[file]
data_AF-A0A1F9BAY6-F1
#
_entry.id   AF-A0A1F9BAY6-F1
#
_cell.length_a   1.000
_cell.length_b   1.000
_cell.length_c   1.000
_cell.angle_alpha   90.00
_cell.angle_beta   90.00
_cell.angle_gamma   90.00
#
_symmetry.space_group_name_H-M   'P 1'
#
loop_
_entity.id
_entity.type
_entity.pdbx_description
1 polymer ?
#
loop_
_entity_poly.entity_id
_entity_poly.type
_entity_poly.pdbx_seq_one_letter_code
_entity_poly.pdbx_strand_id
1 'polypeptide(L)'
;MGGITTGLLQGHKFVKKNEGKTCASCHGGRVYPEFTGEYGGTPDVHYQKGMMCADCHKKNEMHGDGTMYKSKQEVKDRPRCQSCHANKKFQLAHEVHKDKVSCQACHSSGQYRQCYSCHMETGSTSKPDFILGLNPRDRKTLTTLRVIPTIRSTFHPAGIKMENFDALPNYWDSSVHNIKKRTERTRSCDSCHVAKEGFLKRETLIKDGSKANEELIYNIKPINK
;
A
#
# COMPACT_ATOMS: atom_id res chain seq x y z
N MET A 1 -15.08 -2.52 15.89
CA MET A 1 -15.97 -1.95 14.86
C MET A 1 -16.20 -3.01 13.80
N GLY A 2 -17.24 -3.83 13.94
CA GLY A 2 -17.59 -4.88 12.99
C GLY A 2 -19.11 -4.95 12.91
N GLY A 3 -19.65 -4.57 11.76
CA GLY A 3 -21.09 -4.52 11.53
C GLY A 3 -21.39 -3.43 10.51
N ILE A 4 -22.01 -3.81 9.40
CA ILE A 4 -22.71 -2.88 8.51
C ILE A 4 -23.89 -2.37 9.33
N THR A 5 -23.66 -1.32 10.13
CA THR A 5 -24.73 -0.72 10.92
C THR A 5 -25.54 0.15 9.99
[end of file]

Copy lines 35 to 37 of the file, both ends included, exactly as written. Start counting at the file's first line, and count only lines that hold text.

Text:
CA GLY A 2 -17.59 -4.88 12.99
C GLY A 2 -19.11 -4.95 12.91
N GLY A 3 -19.65 -4.57 11.76